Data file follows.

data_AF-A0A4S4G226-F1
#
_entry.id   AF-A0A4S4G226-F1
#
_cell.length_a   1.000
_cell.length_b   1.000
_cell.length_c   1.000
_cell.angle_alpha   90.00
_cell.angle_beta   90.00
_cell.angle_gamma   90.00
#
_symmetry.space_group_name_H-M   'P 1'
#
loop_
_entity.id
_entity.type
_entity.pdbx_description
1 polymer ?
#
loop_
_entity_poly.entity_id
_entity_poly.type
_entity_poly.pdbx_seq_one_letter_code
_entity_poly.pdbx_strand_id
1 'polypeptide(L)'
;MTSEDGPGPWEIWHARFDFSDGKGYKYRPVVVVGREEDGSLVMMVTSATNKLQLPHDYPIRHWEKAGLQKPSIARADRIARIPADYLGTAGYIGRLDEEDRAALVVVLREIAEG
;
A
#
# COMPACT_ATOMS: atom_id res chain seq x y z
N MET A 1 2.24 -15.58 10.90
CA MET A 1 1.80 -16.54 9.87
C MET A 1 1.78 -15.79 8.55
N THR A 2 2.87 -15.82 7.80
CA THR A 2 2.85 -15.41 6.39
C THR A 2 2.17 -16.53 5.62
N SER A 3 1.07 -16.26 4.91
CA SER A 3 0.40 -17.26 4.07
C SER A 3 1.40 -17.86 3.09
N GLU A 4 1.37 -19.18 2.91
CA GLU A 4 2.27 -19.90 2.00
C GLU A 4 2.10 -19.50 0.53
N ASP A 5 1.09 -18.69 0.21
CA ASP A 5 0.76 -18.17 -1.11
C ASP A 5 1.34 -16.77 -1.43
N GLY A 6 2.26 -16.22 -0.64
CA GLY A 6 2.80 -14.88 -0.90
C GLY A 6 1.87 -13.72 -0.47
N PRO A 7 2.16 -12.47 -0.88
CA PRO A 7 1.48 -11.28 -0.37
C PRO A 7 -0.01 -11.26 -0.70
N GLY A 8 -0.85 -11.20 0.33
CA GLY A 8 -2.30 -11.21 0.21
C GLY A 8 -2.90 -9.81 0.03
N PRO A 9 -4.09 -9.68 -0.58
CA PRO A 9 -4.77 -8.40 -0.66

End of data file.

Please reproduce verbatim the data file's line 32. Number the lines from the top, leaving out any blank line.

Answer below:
CA MET A 1 1.80 -16.54 9.87